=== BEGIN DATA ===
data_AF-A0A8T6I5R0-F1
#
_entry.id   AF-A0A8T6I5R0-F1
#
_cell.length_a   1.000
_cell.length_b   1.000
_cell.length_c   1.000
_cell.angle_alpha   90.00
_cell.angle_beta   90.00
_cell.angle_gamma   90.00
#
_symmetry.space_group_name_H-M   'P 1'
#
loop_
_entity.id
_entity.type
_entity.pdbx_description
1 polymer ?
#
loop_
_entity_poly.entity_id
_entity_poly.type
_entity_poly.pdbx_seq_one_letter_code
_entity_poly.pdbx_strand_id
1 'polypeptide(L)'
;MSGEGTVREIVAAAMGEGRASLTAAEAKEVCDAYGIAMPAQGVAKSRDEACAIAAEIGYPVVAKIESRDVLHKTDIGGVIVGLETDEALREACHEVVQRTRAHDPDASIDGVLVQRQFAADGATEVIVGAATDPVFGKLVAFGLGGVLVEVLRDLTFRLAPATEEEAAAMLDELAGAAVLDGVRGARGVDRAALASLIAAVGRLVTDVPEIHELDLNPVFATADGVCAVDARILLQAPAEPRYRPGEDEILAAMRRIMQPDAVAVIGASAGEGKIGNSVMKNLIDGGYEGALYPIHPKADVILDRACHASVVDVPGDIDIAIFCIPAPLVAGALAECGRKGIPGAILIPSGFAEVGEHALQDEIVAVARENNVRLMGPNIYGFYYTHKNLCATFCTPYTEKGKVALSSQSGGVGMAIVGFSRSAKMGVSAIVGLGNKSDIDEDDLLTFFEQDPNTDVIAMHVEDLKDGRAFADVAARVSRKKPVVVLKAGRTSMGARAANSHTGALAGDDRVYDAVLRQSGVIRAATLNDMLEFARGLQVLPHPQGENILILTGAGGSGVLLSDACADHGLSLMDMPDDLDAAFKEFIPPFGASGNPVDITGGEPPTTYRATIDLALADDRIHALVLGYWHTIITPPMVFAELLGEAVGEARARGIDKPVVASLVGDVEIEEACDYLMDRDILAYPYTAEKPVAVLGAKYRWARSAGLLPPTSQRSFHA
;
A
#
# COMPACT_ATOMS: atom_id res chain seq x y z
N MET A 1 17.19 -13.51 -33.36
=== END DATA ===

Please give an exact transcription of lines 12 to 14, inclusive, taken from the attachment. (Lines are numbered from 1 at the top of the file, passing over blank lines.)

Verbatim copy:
_symmetry.space_group_name_H-M   'P 1'
#
loop_